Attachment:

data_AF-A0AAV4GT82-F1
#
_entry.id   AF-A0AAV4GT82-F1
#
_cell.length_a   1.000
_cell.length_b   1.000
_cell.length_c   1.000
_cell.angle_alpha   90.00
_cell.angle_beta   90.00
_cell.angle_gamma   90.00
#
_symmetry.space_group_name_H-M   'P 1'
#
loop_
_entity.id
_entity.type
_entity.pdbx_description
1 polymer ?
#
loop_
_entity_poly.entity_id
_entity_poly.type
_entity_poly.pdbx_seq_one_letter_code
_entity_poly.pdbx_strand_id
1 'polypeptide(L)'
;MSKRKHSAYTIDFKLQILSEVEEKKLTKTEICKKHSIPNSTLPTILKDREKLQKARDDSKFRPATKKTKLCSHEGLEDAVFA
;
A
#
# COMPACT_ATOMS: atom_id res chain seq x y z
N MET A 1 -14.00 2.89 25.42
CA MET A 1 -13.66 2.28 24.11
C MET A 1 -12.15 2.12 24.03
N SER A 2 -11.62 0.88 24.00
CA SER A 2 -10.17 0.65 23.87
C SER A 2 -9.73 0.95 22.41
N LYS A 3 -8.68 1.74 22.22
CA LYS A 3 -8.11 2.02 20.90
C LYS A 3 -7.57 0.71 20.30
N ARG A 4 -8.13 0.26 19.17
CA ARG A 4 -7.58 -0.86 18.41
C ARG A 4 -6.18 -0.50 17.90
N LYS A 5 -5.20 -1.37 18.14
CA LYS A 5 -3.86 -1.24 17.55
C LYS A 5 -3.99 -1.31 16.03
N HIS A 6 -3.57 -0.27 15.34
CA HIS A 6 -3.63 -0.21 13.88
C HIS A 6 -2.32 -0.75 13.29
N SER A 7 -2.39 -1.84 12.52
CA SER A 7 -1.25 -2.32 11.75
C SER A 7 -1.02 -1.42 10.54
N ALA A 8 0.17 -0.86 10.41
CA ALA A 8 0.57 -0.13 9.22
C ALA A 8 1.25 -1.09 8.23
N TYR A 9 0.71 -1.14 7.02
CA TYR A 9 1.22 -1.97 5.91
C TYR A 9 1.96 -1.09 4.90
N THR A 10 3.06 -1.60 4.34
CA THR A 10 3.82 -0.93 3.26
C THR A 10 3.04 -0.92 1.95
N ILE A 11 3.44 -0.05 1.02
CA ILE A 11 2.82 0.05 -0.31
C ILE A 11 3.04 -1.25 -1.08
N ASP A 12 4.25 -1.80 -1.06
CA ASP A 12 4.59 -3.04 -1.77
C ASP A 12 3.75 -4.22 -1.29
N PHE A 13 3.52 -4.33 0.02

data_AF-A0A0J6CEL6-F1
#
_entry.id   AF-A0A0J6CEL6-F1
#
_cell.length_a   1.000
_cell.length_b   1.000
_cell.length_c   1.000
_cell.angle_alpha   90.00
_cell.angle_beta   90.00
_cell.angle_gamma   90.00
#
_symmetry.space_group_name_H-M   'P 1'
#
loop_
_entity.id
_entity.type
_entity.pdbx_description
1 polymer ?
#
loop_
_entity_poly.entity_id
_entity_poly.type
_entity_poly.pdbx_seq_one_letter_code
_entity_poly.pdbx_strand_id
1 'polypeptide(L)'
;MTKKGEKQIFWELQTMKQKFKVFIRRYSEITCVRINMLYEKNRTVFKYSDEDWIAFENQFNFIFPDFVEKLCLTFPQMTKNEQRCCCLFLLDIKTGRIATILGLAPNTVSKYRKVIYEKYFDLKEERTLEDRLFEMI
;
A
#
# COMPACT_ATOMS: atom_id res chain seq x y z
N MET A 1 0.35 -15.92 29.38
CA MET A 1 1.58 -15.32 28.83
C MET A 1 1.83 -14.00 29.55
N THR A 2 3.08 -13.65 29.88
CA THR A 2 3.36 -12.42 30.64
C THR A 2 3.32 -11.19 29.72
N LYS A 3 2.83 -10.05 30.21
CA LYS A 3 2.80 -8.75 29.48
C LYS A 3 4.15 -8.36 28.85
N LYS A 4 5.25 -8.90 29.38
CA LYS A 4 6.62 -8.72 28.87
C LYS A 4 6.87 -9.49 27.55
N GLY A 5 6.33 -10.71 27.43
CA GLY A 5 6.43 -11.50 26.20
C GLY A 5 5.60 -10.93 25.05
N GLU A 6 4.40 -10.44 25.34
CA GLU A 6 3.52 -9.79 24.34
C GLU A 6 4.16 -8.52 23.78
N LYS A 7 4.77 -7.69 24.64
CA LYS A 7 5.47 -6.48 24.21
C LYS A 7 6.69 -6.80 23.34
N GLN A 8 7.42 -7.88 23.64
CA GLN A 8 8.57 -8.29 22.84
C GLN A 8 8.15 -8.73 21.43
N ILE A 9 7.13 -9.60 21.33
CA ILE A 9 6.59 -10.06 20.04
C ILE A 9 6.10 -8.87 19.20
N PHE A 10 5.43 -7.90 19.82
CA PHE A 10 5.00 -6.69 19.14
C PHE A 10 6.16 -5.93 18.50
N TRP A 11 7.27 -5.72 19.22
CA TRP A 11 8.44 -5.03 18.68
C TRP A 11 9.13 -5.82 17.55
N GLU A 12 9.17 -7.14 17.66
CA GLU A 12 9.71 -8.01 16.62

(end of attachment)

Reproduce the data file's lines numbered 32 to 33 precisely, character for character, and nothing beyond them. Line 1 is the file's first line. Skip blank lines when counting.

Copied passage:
CA MET A 1 -13.66 2.28 24.11
C MET A 1 -12.15 2.12 24.03